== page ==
The Under The Radar (UTR) Conference (http://www.undertheradarblog.com/) is tomorrow, April 26, 2012. UTR is the intersection of hot up-and-coming startups, investors and judging. If the reception tonight was any indication, the conference and presentations should be very interesting. Here’s a sneak peak of my take of the hot areas and companies to watch:
Application Development Solutions
A few companies are presenting their solutions in the mobile and security space. In the era of cloud computing, these are two hot buttons that enterprises and service providers alike need to be keenly aware of. The move of the information worker from a stationary device to a mobile device is in process. CoIT and BYOD are both serious factors to the movement. Likewise, using traditional security paradigms in the new model run into serious complications. Tools are needed to help organizations make this move while managing and securing environments.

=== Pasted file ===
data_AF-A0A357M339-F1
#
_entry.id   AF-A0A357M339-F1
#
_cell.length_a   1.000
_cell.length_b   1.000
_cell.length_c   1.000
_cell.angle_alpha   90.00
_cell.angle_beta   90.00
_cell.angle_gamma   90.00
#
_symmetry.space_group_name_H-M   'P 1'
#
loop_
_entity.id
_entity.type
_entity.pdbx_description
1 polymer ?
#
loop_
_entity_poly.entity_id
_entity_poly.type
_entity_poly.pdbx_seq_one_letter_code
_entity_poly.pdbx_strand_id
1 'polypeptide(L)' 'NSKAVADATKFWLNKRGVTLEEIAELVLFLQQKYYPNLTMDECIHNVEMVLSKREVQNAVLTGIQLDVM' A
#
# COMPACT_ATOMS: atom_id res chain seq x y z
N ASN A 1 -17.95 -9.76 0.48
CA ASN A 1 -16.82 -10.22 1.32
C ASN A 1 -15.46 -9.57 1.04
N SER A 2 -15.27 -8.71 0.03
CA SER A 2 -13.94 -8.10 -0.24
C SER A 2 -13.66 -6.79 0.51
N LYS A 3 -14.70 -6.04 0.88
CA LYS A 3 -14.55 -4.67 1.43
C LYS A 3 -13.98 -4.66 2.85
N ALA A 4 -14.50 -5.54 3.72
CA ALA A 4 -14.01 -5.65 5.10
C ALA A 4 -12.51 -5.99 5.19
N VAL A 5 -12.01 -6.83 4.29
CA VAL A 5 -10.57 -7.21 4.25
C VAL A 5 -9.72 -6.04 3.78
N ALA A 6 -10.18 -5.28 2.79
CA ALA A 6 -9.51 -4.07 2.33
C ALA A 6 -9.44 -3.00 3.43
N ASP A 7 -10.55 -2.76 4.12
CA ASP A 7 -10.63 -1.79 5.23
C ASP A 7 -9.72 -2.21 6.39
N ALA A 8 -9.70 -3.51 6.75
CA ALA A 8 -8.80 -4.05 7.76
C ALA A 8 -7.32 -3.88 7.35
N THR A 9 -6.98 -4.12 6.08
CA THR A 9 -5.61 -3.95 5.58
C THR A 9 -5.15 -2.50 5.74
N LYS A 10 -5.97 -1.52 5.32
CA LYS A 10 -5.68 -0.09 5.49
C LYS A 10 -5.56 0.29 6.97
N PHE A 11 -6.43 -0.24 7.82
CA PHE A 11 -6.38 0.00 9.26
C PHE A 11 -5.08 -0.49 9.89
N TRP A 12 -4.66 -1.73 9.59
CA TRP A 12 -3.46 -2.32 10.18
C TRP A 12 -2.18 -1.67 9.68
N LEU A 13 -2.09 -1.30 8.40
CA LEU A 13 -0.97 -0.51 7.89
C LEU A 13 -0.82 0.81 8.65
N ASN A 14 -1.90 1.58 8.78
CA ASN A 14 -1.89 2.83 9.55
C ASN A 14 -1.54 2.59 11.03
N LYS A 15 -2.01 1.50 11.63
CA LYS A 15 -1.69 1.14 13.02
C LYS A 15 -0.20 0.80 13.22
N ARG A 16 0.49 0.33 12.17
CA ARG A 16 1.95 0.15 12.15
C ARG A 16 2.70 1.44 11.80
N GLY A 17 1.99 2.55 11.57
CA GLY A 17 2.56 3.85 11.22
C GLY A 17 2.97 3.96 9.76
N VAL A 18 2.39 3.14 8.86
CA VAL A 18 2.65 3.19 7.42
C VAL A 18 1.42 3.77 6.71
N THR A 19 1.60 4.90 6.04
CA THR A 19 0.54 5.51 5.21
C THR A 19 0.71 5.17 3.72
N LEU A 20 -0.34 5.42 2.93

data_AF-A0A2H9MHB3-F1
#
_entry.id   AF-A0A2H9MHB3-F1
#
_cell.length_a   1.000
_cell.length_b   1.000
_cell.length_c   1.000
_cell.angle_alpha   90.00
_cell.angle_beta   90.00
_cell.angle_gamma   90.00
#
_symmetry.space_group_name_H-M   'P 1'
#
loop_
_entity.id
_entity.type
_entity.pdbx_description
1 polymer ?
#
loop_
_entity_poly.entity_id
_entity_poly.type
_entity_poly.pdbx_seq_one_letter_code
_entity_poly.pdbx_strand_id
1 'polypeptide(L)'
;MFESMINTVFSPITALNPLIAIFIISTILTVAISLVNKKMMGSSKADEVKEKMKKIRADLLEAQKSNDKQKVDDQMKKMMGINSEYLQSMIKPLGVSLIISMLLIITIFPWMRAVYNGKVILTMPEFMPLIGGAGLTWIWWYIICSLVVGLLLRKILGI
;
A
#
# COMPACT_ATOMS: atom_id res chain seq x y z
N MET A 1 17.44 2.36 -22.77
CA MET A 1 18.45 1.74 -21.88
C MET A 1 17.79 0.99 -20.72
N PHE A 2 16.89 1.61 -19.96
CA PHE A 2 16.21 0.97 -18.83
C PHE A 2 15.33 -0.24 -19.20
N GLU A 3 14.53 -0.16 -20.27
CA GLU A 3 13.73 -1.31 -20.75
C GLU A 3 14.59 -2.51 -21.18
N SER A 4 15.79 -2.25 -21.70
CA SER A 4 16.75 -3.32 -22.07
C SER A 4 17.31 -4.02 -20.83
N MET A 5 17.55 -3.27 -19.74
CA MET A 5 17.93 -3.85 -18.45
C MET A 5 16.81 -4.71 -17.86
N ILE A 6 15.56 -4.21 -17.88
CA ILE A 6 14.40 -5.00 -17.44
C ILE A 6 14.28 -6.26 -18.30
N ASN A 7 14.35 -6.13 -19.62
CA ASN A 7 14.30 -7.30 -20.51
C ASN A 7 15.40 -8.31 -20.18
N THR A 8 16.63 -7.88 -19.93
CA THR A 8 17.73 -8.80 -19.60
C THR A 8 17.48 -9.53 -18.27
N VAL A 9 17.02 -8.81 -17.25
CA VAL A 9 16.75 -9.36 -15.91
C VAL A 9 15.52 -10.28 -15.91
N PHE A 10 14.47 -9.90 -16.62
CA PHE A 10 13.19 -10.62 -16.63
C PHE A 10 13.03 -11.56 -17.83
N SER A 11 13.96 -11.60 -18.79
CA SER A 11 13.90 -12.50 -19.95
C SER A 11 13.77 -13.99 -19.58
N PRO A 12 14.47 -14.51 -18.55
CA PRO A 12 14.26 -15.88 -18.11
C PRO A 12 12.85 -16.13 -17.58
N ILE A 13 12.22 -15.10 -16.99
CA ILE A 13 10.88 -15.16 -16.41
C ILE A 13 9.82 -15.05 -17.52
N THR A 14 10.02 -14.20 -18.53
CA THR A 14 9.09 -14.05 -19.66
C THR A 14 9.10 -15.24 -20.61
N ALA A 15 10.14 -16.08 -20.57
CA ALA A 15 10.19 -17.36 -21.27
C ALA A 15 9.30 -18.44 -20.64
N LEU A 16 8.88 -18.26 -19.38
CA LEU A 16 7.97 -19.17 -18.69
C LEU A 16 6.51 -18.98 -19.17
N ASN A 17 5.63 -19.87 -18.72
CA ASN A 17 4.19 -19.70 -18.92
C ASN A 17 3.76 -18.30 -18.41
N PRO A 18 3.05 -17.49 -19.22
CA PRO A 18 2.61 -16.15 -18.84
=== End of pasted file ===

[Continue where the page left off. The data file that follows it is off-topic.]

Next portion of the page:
Platforms and Infrastructure
Building applications on top of infrastructure is nothing new. In the cloud era, the architecture…and options open up quite a bit. The cloud market is starting to mature and value is moving from core infrastructure to platforms and on to applications. Leveraging hosted platforms does require a different paradigm to succeed. In addition, when considering apps at scale, automation and orchestration become even more important. This is a very broad area with quite a bit of specialization. Moving forward, integration in the space will be the key to success…along with some consolidation.